Dear Professor X,
Dear Professor Z,
I'm in your M-W College 303 class. I am experiencing a difficult personal situation and will have trouble completing our next assignment on time. I am wondering if I could make a brief appointment to talk with you about possible arrangements we could make. Thank you.
How do I stay focused?
Be mindful of multitasking.
- People overestimate their ability to multitask well.
- When you multitask, it generally takes longer to complete each individual task.
- While you may feel more productive, multitasking often leads to mistakes.
- Chunk your studying — say 30 minutes of working and then a 10-minute break for stretching, taking a walk, chatting with a friend, grabbing a snack. Need more structure with this? Try the “pomodoro technique.”
- Keep a list of the things you need to do. Putting them down on paper can help free your mind to focus on one of them at a time, and might help reduce any stress you may be feeling.
- Keep your potential distractions at bay. If you’re working on your laptop, put your phone out of reach. If you are in a lecture, close other tabs and apps.
- Block yourself. If you find avoiding electronic distractions to be especially challenging, consider using a distraction-blocking app.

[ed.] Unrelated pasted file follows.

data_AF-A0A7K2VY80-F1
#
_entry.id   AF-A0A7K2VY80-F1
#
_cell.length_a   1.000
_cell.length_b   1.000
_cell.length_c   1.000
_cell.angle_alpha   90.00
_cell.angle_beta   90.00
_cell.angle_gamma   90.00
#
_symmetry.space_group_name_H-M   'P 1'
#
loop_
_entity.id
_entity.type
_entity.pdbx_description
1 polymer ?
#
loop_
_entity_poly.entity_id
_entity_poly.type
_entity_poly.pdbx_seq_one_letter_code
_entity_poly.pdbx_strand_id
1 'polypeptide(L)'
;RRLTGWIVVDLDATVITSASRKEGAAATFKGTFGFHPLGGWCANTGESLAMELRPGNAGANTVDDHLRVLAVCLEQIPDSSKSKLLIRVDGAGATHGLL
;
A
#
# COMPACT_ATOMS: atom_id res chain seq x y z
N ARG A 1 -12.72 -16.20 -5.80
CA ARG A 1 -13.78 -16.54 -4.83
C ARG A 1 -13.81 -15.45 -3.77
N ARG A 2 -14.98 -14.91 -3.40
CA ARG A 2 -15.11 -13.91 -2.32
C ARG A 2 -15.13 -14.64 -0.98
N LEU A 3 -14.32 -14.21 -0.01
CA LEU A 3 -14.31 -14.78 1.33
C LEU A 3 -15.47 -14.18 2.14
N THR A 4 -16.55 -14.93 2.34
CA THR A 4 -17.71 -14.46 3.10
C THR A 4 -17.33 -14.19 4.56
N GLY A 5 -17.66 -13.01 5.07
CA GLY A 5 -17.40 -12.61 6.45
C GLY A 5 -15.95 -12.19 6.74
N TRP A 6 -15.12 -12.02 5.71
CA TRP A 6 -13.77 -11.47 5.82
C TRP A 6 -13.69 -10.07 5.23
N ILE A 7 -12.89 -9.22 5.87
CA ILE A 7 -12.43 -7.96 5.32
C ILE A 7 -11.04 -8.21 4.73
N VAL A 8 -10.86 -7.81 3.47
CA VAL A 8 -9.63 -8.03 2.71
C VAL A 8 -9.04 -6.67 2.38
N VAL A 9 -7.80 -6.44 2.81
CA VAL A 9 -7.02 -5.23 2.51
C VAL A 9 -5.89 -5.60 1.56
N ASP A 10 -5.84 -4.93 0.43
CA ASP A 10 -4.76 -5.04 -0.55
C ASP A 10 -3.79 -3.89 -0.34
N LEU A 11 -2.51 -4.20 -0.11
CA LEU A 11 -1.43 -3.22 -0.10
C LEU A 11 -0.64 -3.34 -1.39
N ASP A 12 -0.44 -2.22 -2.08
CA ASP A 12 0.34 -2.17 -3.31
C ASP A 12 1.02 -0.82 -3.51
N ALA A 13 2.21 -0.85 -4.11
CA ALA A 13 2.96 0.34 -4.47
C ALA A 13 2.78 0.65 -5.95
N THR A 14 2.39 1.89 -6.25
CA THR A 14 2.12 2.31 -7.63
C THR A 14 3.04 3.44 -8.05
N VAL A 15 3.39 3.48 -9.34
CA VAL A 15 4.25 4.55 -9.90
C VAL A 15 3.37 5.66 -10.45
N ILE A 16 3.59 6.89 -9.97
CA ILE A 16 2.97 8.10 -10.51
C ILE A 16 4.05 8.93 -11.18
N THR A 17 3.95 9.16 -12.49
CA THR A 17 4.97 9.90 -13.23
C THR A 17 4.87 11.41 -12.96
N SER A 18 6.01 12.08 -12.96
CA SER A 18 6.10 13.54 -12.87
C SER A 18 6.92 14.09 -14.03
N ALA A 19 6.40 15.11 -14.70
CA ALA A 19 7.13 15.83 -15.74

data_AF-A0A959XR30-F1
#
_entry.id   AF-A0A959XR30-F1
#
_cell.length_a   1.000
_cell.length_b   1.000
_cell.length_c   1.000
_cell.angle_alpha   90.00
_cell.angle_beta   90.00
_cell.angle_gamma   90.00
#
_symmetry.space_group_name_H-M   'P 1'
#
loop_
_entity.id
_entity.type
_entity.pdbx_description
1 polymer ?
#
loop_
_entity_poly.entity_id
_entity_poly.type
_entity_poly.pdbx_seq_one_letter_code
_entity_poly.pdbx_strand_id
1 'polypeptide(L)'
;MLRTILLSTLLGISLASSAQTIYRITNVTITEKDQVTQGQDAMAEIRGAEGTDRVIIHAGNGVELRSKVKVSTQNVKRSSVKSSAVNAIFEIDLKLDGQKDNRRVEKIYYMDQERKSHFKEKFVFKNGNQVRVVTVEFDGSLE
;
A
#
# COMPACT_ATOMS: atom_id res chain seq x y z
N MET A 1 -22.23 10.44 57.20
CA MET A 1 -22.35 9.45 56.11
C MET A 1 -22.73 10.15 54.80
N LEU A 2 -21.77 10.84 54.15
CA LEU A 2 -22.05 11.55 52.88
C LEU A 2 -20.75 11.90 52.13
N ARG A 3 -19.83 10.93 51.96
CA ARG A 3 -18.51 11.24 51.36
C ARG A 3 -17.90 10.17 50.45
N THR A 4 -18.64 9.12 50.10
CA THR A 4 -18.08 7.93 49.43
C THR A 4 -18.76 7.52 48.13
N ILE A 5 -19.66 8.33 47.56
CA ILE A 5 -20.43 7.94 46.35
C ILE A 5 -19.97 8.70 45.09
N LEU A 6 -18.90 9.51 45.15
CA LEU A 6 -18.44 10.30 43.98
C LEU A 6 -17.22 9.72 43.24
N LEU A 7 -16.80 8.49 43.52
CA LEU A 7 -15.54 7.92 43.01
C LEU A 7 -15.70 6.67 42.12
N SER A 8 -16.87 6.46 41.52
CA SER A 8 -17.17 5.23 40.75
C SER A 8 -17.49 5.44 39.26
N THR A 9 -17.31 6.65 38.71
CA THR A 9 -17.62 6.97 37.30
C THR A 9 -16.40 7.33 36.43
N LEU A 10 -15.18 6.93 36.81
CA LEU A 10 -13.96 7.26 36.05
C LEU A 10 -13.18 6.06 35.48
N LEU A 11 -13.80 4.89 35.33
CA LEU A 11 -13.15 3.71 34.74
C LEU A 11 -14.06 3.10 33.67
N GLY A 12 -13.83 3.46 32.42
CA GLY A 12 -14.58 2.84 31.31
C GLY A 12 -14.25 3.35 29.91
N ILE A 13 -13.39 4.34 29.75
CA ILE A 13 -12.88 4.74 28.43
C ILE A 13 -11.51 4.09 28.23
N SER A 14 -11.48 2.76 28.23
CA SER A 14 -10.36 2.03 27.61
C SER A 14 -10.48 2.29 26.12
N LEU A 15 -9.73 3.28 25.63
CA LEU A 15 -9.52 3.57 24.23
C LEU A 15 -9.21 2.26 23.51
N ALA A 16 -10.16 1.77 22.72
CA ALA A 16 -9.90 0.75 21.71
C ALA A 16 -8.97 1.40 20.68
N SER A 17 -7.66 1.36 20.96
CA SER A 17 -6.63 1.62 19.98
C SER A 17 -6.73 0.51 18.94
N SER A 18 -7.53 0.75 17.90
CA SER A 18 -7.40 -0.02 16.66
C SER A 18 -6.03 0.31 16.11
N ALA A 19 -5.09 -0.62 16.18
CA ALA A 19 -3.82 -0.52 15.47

Boost your motivation.
Stress, fatigue, and other challenges of everyday life can make it hard to stay motivated. Putting some thought into how motivated you feel, what motivates you, and how you can enhance your motivation will help. Think through some key questions and make a motivation plan for yourself this quarter.
Create a study environment that works for you.
- Reduce distractions. Some people work better in a quiet environment, and others find it easier to focus with some activity in the background. However, if you're being distracted, you won't be operating at full capacity. Find an environment that allows you to be present with your task, and consider whether you have a tendency to multitask, which is more detrimental than most of us realize. Many people find that "white" or other background noise can help them focus for certain kinds of tasks, especially in a distracting environment; if that's true for you, look for free apps that can help.